Fairfax County Board of Supervisors Chairman Sharon Bulova declared in her State of the County address Wednesday that Fairfax’s prosperity lies in the kind of grand, ambitious — and yet unproven — redevelopment that is underway in Tysons Corner.
Rather than delivering a traditional speech, Bulova (D) recorded her remarks in a YouTube video that takes residents on a tour of areas that the county is working to rebuild. Released Wednesday, the videotaped address was shot partly while Bulova was seated behind a desk and partly while she was standing in the wind in Tysons, a nearly finished stretch of the Silver Line soaring behind her.
After Tysons, Bulova takes viewers to Merrifield and Springfield — two other places where walkable, mixed-use centers are under construction.
Much of the 18-minute video resembles a marketing ad for the county — a wide-reaching and rosy look at what has been accomplished in recent years and what is on the horizon for Virginia’s largest jurisdiction, home to more than 1.1 million people.
But it is also a window into what Bulova and other top county leaders see as their best chance for solving some of Fairfax’s biggest challenges, including accommodating growth, meeting infrastructure needs in an era of increasingly tight budgets and easing traffic congestion that is among the worst in the nation.
The answer to all of those things, Bulova’s speech suggests, is the kind of redevelopment that is underway in the stops on the tour and that is vastly different from Fairfax’s suburban past: walkable, urban town centers near public transportation that include shopping, residences and office space. The county is pursuing projects that encourage people to live near their jobs and abandon their cars, and that rely more heavily on developers to build fire stations, parks, school, roads and similar projects in exchange for higher, profitable density levels.
“Fairfax County’s future is in redevelopment,” Bulova says in the video. “As Fairfax continues to mature, it’s important that we accommodate our future growth and existing population in ways that make it easier for our residents and workers to live, work and play without always needing to get behind the wheel of a car.”
The county’s effort to remake Tysons Corner is the most striking example of the kind of redevelopment that Bulova endorses in the video, if for no other reason than its scale. In short, the county is attempting to knock down and rebuild much of the 1,700-acre minicity, and what is there today — a sprawling, traffic-clogged office park — is the antithesis of what officials envision.
The county’s plan to achieve that vision is so ambitious that some question whether it is achievable. Observers say the biggest unknown is whether the market will support the millions of square feet of new office, retail and residential space that are in the works.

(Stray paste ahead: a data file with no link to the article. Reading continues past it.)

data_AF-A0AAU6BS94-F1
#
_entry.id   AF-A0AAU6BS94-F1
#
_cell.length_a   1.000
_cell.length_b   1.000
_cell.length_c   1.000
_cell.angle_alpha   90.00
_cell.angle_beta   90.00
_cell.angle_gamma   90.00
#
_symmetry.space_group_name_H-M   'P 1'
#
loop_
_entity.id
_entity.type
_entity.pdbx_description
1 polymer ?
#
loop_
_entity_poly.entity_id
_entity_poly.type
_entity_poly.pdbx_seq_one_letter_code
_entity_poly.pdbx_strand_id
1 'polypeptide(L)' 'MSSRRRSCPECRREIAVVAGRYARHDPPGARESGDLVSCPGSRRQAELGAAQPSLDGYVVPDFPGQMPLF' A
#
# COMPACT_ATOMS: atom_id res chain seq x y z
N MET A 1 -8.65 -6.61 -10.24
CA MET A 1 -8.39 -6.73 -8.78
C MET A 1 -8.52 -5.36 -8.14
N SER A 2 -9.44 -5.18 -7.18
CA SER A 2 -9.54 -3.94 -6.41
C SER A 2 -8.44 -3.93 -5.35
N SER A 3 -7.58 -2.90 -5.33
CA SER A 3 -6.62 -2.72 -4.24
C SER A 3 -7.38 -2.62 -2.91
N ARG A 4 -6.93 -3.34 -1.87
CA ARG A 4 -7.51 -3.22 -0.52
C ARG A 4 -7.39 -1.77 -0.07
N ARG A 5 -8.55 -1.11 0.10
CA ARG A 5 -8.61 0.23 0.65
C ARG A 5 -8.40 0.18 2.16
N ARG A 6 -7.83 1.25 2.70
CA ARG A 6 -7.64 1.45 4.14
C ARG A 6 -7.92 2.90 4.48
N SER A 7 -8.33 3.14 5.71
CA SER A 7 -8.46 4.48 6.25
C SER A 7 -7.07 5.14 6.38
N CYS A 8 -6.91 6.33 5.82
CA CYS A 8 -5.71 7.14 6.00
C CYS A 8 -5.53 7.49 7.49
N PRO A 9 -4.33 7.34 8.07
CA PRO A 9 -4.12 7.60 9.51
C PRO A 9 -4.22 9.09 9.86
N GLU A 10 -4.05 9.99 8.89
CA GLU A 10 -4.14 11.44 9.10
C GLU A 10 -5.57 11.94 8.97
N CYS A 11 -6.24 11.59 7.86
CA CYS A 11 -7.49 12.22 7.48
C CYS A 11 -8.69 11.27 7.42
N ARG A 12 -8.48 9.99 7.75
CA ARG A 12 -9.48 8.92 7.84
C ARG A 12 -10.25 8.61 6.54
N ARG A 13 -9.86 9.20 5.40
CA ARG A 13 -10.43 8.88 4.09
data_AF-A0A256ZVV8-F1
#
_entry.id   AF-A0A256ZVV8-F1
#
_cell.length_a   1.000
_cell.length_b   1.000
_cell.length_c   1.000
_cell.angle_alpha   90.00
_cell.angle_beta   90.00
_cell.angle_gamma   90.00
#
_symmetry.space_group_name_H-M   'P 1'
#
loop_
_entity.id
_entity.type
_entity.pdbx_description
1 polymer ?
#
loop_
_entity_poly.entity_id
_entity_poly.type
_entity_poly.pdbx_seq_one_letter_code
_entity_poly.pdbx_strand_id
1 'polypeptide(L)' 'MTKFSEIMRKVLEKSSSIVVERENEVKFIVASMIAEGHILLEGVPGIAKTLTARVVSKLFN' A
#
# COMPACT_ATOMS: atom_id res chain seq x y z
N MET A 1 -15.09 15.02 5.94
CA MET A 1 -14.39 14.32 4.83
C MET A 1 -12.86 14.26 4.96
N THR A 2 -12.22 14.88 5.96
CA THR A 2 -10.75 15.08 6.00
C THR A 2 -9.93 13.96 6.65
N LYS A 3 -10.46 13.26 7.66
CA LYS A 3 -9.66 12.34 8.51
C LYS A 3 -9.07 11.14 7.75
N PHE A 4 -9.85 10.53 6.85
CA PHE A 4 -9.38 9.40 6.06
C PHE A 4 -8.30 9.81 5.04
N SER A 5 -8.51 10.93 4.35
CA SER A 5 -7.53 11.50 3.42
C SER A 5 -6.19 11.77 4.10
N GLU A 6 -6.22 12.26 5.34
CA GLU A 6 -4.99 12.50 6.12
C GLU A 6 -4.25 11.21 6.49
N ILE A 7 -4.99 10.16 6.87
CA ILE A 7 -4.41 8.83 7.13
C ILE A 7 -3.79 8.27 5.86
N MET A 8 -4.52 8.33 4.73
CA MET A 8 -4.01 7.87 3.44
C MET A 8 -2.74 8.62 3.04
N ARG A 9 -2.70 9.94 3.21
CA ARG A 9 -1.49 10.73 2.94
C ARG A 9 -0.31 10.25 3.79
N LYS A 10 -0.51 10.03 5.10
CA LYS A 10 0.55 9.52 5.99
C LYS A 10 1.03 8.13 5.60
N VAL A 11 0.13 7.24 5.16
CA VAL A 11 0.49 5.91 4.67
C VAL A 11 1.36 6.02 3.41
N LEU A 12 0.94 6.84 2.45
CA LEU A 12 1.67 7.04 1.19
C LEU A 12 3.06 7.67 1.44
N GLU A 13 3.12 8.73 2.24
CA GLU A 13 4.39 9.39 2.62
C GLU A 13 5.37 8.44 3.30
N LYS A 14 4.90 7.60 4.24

At least one supervisor, Pat Herrity (R-Springfield), has questioned whether Tysons’ product will ultimately be too expensive. In his own State of the County event Tuesday night, he called it “backwards progress” to ask developers to pay for affordable housing and other amenities — costs that will be passed down to tenants.
Speaking to reporters after a screening of her speech, Bulova acknowledged fears that businesses may not be immediately interested, especially in light of the threat of massive federal budget cuts.
“That’s an absolute concern that Fairfax County has,” she said.
But it is also a risk the county is willing to take, and in the video, Bulova points to signs of steady progress in Tysons: The first phase of the Silver Line, which includes four new stops in Tysons, is nearly complete. The 17 redevelopment proposals that are in the pipeline are in keeping with the county’s vision. New bus routes are coming online, and the county recently approved a plan to fund the transportation improvements that will be needed as Tysons transforms in the next 40 years.
In Merrifield, Bulova says in the video, a new 31-acre development known as the Mosaic District is “taking off” after being stalled by the recession. A new two-story Target, a Hyatt hotel and the Angelika Film Center opened in the fall. Eventually, the site will include 500,000 square feet of commercial space and 1,000 residential units. In Springfield, the Springfield Mall is being redeveloped into a walkable town center. Much of the old mall was torn down in the summer. Plans call for plazas, shops, restaurants, housing and a dog park.
The icing on the cake, Bulova told reporters, would be winning the regional competition for the FBI’s new headquarters. The bureau is looking to leave the J. Edgar Hoover Building in the District, and Fairfax County has proposed a site across the street from the old mall.